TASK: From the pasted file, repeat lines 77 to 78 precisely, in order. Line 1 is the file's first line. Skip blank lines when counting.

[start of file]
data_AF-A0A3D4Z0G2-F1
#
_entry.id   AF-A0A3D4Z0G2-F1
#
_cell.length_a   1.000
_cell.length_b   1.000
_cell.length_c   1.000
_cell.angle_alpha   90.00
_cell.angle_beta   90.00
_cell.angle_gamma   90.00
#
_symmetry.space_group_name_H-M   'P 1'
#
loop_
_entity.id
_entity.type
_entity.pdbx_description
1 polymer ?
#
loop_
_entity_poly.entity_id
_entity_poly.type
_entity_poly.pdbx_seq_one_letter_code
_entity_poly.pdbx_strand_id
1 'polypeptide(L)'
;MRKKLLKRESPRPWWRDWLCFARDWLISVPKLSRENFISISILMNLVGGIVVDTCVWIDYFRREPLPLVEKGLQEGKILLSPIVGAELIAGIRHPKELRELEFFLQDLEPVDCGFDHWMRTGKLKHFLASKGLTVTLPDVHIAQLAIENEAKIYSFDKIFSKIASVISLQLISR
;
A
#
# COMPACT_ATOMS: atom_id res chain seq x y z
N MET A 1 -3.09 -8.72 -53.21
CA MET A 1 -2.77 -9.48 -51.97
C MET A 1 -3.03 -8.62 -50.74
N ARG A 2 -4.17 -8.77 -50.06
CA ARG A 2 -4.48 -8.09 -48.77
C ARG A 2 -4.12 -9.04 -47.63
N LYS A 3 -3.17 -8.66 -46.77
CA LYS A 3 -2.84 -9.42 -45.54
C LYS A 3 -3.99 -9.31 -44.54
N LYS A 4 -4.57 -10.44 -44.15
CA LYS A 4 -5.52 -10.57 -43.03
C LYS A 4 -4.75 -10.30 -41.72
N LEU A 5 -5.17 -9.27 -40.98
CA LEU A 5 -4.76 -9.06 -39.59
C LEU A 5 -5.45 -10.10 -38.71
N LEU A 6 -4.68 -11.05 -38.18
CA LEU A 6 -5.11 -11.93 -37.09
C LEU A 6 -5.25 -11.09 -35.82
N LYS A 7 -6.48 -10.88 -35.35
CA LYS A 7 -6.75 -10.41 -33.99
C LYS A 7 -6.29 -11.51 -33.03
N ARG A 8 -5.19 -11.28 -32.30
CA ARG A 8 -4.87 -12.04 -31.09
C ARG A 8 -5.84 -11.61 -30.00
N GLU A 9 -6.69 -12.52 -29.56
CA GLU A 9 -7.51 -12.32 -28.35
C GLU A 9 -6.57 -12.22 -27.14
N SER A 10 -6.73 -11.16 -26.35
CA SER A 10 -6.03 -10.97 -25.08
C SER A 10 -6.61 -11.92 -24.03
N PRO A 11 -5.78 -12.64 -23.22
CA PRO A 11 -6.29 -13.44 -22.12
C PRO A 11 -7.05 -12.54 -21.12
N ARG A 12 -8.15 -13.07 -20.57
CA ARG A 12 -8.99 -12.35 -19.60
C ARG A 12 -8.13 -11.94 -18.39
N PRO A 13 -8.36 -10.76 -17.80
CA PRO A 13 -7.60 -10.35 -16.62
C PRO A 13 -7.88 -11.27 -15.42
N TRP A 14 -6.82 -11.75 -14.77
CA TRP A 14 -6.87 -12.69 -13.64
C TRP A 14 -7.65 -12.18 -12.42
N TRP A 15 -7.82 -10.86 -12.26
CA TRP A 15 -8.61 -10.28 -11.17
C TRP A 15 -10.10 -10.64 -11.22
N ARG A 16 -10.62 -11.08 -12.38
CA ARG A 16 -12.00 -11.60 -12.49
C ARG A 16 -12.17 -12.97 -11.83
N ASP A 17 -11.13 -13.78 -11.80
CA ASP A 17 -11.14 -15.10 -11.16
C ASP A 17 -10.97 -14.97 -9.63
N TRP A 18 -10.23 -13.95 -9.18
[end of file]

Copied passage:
CA ARG A 16 -12.00 -11.60 -12.49
C ARG A 16 -12.17 -12.97 -11.83